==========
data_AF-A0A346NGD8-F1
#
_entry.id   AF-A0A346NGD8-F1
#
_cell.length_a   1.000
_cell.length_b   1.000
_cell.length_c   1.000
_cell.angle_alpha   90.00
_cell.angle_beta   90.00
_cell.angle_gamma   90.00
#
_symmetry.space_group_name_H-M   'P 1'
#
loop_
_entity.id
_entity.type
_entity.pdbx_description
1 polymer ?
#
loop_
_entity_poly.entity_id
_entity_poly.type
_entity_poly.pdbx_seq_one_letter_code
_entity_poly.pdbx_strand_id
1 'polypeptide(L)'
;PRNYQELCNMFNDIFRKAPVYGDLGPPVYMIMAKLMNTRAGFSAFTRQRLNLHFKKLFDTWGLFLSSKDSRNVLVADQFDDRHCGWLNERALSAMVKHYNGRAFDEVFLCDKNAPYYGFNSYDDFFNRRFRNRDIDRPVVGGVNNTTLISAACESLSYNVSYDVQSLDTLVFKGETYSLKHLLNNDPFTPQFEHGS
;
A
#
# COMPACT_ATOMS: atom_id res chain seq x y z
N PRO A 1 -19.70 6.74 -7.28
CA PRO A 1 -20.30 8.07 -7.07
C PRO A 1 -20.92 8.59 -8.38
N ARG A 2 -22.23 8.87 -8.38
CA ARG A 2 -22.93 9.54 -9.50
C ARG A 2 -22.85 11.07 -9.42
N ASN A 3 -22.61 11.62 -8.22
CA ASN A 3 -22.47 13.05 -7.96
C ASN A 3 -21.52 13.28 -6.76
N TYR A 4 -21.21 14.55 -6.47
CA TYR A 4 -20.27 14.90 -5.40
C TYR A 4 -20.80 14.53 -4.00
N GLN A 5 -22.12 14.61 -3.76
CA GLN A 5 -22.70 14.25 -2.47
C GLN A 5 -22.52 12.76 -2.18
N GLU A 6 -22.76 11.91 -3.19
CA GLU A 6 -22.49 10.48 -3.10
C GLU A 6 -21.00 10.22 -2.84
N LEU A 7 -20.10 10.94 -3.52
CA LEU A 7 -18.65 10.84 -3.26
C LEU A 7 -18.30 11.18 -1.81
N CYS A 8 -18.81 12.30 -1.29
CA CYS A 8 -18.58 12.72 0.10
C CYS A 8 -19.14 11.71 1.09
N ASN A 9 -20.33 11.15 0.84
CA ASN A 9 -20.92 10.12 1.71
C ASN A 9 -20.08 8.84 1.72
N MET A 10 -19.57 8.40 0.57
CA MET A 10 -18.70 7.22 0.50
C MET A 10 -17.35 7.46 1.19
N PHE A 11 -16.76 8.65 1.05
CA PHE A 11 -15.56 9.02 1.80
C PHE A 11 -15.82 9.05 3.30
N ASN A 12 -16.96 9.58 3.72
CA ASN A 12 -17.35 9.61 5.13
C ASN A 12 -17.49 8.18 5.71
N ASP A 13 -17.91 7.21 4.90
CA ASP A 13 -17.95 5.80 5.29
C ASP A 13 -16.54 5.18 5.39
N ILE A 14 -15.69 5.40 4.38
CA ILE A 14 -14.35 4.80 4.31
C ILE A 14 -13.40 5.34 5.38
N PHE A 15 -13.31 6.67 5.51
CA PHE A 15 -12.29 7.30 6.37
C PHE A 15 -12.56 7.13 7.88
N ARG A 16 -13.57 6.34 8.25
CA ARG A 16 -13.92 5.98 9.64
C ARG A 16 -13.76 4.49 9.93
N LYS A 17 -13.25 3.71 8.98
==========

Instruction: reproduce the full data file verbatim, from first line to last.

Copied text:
data_AF-A0A346NGD8-F1
#
_entry.id   AF-A0A346NGD8-F1
#
_cell.length_a   1.000
_cell.length_b   1.000
_cell.length_c   1.000
_cell.angle_alpha   90.00
_cell.angle_beta   90.00
_cell.angle_gamma   90.00
#
_symmetry.space_group_name_H-M   'P 1'
#
loop_
_entity.id
_entity.type
_entity.pdbx_description
1 polymer ?
#
loop_
_entity_poly.entity_id
_entity_poly.type
_entity_poly.pdbx_seq_one_letter_code
_entity_poly.pdbx_strand_id
1 'polypeptide(L)'
;PRNYQELCNMFNDIFRKAPVYGDLGPPVYMIMAKLMNTRAGFSAFTRQRLNLHFKKLFDTWGLFLSSKDSRNVLVADQFDDRHCGWLNERALSAMVKHYNGRAFDEVFLCDKNAPYYGFNSYDDFFNRRFRNRDIDRPVVGGVNNTTLISAACESLSYNVSYDVQSLDTLVFKGETYSLKHLLNNDPFTPQFEHGS
;
A
#
# COMPACT_ATOMS: atom_id res chain seq x y z
N PRO A 1 -19.70 6.74 -7.28
CA PRO A 1 -20.30 8.07 -7.07
C PRO A 1 -20.92 8.59 -8.38
N ARG A 2 -22.23 8.87 -8.38
CA ARG A 2 -22.93 9.54 -9.50
C ARG A 2 -22.85 11.07 -9.42
N ASN A 3 -22.61 11.62 -8.22
CA ASN A 3 -22.47 13.05 -7.96
C ASN A 3 -21.52 13.28 -6.76
N TYR A 4 -21.21 14.55 -6.47
CA TYR A 4 -20.27 14.90 -5.40
C TYR A 4 -20.80 14.53 -4.00
N GLN A 5 -22.12 14.61 -3.76
CA GLN A 5 -22.70 14.25 -2.47
C GLN A 5 -22.52 12.76 -2.18
N GLU A 6 -22.76 11.91 -3.19
CA GLU A 6 -22.49 10.48 -3.10
C GLU A 6 -21.00 10.22 -2.84
N LEU A 7 -20.10 10.94 -3.52
CA LEU A 7 -18.65 10.84 -3.26
C LEU A 7 -18.30 11.18 -1.81
N CYS A 8 -18.81 12.30 -1.29
CA CYS A 8 -18.58 12.72 0.10
C CYS A 8 -19.14 11.71 1.09
N ASN A 9 -20.33 11.15 0.84
CA ASN A 9 -20.92 10.12 1.71
C ASN A 9 -20.08 8.84 1.72
N MET A 10 -19.57 8.40 0.57
CA MET A 10 -18.70 7.22 0.50
C MET A 10 -17.35 7.46 1.19
N PHE A 11 -16.76 8.65 1.05
CA PHE A 11 -15.56 9.02 1.80
C PHE A 11 -15.82 9.05 3.30
N ASN A 12 -16.96 9.58 3.72
CA ASN A 12 -17.35 9.61 5.13
C ASN A 12 -17.49 8.18 5.71
N ASP A 13 -17.91 7.21 4.90
CA ASP A 13 -17.95 5.80 5.29
C ASP A 13 -16.54 5.18 5.39
N ILE A 14 -15.69 5.40 4.38
CA ILE A 14 -14.35 4.80 4.31
C ILE A 14 -13.40 5.34 5.38
N PHE A 15 -13.31 6.67 5.51
CA PHE A 15 -12.29 7.30 6.37
C PHE A 15 -12.56 7.13 7.88
N ARG A 16 -13.57 6.34 8.25
CA ARG A 16 -13.92 5.98 9.64
C ARG A 16 -13.76 4.49 9.93
N LYS A 17 -13.25 3.71 8.98